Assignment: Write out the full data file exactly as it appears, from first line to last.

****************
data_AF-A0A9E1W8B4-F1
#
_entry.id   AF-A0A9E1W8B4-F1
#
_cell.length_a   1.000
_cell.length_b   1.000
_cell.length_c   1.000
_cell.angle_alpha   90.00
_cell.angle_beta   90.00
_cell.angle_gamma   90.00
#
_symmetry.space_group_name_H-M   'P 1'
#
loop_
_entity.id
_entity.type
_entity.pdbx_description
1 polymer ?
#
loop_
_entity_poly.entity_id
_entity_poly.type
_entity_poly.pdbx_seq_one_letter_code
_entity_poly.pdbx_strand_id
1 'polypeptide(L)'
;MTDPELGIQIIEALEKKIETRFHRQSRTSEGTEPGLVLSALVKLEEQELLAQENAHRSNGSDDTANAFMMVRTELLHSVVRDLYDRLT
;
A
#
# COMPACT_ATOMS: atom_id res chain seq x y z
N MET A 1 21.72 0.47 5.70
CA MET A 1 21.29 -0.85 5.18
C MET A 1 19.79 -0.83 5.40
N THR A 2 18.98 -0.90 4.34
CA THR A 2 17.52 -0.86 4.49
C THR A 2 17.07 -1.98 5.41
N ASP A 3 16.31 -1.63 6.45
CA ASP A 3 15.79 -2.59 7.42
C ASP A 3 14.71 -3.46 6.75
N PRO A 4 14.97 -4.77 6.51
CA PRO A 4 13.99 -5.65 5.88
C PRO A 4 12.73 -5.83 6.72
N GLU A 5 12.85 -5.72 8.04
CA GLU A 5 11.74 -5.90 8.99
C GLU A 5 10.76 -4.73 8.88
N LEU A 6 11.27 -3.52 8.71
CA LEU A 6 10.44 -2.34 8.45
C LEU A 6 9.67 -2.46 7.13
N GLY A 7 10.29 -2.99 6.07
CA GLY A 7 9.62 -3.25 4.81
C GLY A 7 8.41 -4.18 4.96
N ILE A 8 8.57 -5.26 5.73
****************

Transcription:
data_AF-A0A9E1W8B4-F1
#
_entry.id   AF-A0A9E1W8B4-F1
#
_cell.length_a   1.000
_cell.length_b   1.000
_cell.length_c   1.000
_cell.angle_alpha   90.00
_cell.angle_beta   90.00
_cell.angle_gamma   90.00
#
_symmetry.space_group_name_H-M   'P 1'
#
loop_
_entity.id
_entity.type
_entity.pdbx_description
1 polymer ?
#
loop_
_entity_poly.entity_id
_entity_poly.type
_entity_poly.pdbx_seq_one_letter_code
_entity_poly.pdbx_strand_id
1 'polypeptide(L)'
;MTDPELGIQIIEALEKKIETRFHRQSRTSEGTEPGLVLSALVKLEEQELLAQENAHRSNGSDDTANAFMMVRTELLHSVVRDLYDRLT
;
A
#
# COMPACT_ATOMS: atom_id res chain seq x y z
N MET A 1 21.72 0.47 5.70
CA MET A 1 21.29 -0.85 5.18
C MET A 1 19.79 -0.83 5.40
N THR A 2 18.98 -0.90 4.34
CA THR A 2 17.52 -0.86 4.49
C THR A 2 17.07 -1.98 5.41
N ASP A 3 16.31 -1.63 6.45
CA ASP A 3 15.79 -2.59 7.42
C ASP A 3 14.71 -3.46 6.75
N PRO A 4 14.97 -4.77 6.51
CA PRO A 4 13.99 -5.65 5.88
C PRO A 4 12.73 -5.83 6.72
N GLU A 5 12.85 -5.72 8.04
CA GLU A 5 11.74 -5.90 8.99
C GLU A 5 10.76 -4.73 8.88
N LEU A 6 11.27 -3.52 8.71
CA LEU A 6 10.44 -2.34 8.45
C LEU A 6 9.67 -2.46 7.13
N GLY A 7 10.29 -2.99 6.07
CA GLY A 7 9.62 -3.25 4.81
C GLY A 7 8.41 -4.18 4.96
N ILE A 8 8.57 -5.26 5.73